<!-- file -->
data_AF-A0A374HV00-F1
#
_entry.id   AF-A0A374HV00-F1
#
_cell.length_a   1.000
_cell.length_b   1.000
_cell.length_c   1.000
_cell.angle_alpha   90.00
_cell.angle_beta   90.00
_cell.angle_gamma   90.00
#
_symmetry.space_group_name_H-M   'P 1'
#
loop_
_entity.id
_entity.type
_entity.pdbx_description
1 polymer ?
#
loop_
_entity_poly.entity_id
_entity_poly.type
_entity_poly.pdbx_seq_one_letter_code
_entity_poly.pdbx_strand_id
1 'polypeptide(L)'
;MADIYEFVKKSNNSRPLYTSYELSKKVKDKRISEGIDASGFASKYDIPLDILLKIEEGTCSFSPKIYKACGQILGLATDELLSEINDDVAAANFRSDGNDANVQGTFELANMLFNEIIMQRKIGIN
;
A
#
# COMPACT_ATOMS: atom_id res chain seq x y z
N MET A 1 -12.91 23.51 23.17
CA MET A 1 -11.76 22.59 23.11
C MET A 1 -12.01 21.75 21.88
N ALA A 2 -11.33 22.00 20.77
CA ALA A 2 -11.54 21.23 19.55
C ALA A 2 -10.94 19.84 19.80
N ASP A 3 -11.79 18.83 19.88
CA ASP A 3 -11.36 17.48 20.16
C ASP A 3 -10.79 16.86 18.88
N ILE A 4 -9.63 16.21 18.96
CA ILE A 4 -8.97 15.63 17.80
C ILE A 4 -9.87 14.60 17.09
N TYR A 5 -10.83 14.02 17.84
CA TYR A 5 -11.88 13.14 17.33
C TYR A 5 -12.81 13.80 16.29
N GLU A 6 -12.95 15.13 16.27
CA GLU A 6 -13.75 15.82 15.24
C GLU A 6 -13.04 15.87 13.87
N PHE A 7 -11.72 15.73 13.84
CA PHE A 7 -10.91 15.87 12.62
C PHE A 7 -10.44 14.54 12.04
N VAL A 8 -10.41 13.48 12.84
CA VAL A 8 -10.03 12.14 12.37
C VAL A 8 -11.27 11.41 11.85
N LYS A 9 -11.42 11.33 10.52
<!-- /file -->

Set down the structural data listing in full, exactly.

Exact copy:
data_AF-A0A374HV00-F1
#
_entry.id   AF-A0A374HV00-F1
#
_cell.length_a   1.000
_cell.length_b   1.000
_cell.length_c   1.000
_cell.angle_alpha   90.00
_cell.angle_beta   90.00
_cell.angle_gamma   90.00
#
_symmetry.space_group_name_H-M   'P 1'
#
loop_
_entity.id
_entity.type
_entity.pdbx_description
1 polymer ?
#
loop_
_entity_poly.entity_id
_entity_poly.type
_entity_poly.pdbx_seq_one_letter_code
_entity_poly.pdbx_strand_id
1 'polypeptide(L)'
;MADIYEFVKKSNNSRPLYTSYELSKKVKDKRISEGIDASGFASKYDIPLDILLKIEEGTCSFSPKIYKACGQILGLATDELLSEINDDVAAANFRSDGNDANVQGTFELANMLFNEIIMQRKIGIN
;
A
#
# COMPACT_ATOMS: atom_id res chain seq x y z
N MET A 1 -12.91 23.51 23.17
CA MET A 1 -11.76 22.59 23.11
C MET A 1 -12.01 21.75 21.88
N ALA A 2 -11.33 22.00 20.77
CA ALA A 2 -11.54 21.23 19.55
C ALA A 2 -10.94 19.84 19.80
N ASP A 3 -11.79 18.83 19.88
CA ASP A 3 -11.36 17.48 20.16
C ASP A 3 -10.79 16.86 18.88
N ILE A 4 -9.63 16.21 18.96
CA ILE A 4 -8.97 15.63 17.80
C ILE A 4 -9.87 14.60 17.09
N TYR A 5 -10.83 14.02 17.84
CA TYR A 5 -11.88 13.14 17.33
C TYR A 5 -12.81 13.80 16.29
N GLU A 6 -12.95 15.13 16.27
CA GLU A 6 -13.75 15.82 15.24
C GLU A 6 -13.04 15.87 13.87
N PHE A 7 -11.72 15.73 13.84
CA PHE A 7 -10.91 15.87 12.62
C PHE A 7 -10.44 14.54 12.04
N VAL A 8 -10.41 13.48 12.84
CA VAL A 8 -10.03 12.14 12.37
C VAL A 8 -11.27 11.41 11.85
N LYS A 9 -11.42 11.33 10.52